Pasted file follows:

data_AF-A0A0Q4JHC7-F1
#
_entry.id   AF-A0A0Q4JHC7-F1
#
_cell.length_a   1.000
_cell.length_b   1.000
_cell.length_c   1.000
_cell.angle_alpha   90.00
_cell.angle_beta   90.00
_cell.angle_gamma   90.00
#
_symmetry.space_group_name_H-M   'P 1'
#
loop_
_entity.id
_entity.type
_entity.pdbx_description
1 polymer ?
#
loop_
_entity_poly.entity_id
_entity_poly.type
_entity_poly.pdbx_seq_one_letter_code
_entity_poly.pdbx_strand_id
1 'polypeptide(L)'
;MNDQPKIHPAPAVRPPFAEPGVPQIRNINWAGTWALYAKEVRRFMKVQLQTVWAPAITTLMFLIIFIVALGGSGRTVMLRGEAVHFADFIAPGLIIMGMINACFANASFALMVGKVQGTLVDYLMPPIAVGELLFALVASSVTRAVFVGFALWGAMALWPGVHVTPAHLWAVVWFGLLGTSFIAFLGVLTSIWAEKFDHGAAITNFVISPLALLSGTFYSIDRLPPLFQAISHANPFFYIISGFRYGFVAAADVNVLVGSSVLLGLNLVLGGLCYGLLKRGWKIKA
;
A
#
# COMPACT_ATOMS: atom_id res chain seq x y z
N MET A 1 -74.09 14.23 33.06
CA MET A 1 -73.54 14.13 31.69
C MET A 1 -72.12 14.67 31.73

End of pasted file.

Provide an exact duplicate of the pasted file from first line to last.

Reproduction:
data_AF-A0A0Q4JHC7-F1
#
_entry.id   AF-A0A0Q4JHC7-F1
#
_cell.length_a   1.000
_cell.length_b   1.000
_cell.length_c   1.000
_cell.angle_alpha   90.00
_cell.angle_beta   90.00
_cell.angle_gamma   90.00
#
_symmetry.space_group_name_H-M   'P 1'
#
loop_
_entity.id
_entity.type
_entity.pdbx_description
1 polymer ?
#
loop_
_entity_poly.entity_id
_entity_poly.type
_entity_poly.pdbx_seq_one_letter_code
_entity_poly.pdbx_strand_id
1 'polypeptide(L)'
;MNDQPKIHPAPAVRPPFAEPGVPQIRNINWAGTWALYAKEVRRFMKVQLQTVWAPAITTLMFLIIFIVALGGSGRTVMLRGEAVHFADFIAPGLIIMGMINACFANASFALMVGKVQGTLVDYLMPPIAVGELLFALVASSVTRAVFVGFALWGAMALWPGVHVTPAHLWAVVWFGLLGTSFIAFLGVLTSIWAEKFDHGAAITNFVISPLALLSGTFYSIDRLPPLFQAISHANPFFYIISGFRYGFVAAADVNVLVGSSVLLGLNLVLGGLCYGLLKRGWKIKA
;
A
#
# COMPACT_ATOMS: atom_id res chain seq x y z
N MET A 1 -74.09 14.23 33.06
CA MET A 1 -73.54 14.13 31.69
C MET A 1 -72.12 14.67 31.73